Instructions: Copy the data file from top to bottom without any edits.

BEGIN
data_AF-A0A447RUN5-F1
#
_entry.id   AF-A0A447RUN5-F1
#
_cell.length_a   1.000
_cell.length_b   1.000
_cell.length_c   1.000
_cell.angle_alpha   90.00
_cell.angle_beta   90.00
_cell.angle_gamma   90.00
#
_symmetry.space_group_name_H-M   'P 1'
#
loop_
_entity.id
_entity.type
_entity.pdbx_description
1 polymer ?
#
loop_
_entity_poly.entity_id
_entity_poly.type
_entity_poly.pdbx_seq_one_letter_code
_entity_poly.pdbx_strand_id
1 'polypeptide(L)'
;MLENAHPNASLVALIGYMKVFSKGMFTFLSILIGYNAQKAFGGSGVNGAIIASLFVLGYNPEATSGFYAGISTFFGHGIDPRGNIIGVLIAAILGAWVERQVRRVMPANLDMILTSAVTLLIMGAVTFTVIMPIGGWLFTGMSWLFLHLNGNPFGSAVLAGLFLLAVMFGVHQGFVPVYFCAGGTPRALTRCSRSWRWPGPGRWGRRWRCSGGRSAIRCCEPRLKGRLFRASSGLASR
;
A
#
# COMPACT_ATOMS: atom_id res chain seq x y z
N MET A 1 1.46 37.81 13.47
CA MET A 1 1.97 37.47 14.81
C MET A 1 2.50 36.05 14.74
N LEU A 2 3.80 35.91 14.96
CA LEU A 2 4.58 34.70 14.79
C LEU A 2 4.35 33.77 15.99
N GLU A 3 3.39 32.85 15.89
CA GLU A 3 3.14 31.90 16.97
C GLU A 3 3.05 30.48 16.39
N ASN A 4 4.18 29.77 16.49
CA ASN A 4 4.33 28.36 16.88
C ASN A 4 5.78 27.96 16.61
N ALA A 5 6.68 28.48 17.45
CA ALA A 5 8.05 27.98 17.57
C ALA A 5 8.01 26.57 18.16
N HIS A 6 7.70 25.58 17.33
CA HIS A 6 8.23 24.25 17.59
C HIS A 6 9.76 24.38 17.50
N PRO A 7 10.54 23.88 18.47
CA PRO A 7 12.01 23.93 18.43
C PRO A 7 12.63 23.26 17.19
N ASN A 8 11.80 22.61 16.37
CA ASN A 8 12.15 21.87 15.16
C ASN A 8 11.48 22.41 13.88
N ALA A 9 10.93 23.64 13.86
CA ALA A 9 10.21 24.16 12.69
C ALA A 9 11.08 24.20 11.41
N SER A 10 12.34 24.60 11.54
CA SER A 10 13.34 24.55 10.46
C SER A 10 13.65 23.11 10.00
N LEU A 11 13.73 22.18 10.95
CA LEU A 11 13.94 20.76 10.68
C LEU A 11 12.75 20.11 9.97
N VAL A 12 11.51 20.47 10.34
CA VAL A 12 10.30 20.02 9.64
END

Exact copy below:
data_AF-A0A447RUN5-F1
#
_entry.id   AF-A0A447RUN5-F1
#
_cell.length_a   1.000
_cell.length_b   1.000
_cell.length_c   1.000
_cell.angle_alpha   90.00
_cell.angle_beta   90.00
_cell.angle_gamma   90.00
#
_symmetry.space_group_name_H-M   'P 1'
#
loop_
_entity.id
_entity.type
_entity.pdbx_description
1 polymer ?
#
loop_
_entity_poly.entity_id
_entity_poly.type
_entity_poly.pdbx_seq_one_letter_code
_entity_poly.pdbx_strand_id
1 'polypeptide(L)'
;MLENAHPNASLVALIGYMKVFSKGMFTFLSILIGYNAQKAFGGSGVNGAIIASLFVLGYNPEATSGFYAGISTFFGHGIDPRGNIIGVLIAAILGAWVERQVRRVMPANLDMILTSAVTLLIMGAVTFTVIMPIGGWLFTGMSWLFLHLNGNPFGSAVLAGLFLLAVMFGVHQGFVPVYFCAGGTPRALTRCSRSWRWPGPGRWGRRWRCSGGRSAIRCCEPRLKGRLFRASSGLASR
;
A
#
# COMPACT_ATOMS: atom_id res chain seq x y z
N MET A 1 1.46 37.81 13.47
CA MET A 1 1.97 37.47 14.81
C MET A 1 2.50 36.05 14.74
N LEU A 2 3.80 35.91 14.96
CA LEU A 2 4.58 34.70 14.79
C LEU A 2 4.35 33.77 15.99
N GLU A 3 3.39 32.85 15.89
CA GLU A 3 3.14 31.90 16.97
C GLU A 3 3.05 30.48 16.39
N ASN A 4 4.18 29.77 16.49
CA ASN A 4 4.33 28.36 16.88
C ASN A 4 5.78 27.96 16.61
N ALA A 5 6.68 28.48 17.45
CA ALA A 5 8.05 27.98 17.57
C ALA A 5 8.01 26.57 18.16
N HIS A 6 7.70 25.58 17.33
CA HIS A 6 8.23 24.25 17.59
C HIS A 6 9.76 24.38 17.50
N PRO A 7 10.54 23.88 18.47
CA PRO A 7 12.01 23.93 18.43
C PRO A 7 12.63 23.26 17.19
N ASN A 8 11.80 22.61 16.37
CA ASN A 8 12.15 21.87 15.16
C ASN A 8 11.48 22.41 13.88
N ALA A 9 10.93 23.64 13.86
CA ALA A 9 10.21 24.16 12.69
C ALA A 9 11.08 24.20 11.41
N SER A 10 12.34 24.60 11.54
CA SER A 10 13.34 24.55 10.46
C SER A 10 13.65 23.11 10.00
N LEU A 11 13.73 22.18 10.95
CA LEU A 11 13.94 20.76 10.68
C LEU A 11 12.75 20.11 9.97
N VAL A 12 11.51 20.47 10.34
CA VAL A 12 10.30 20.02 9.64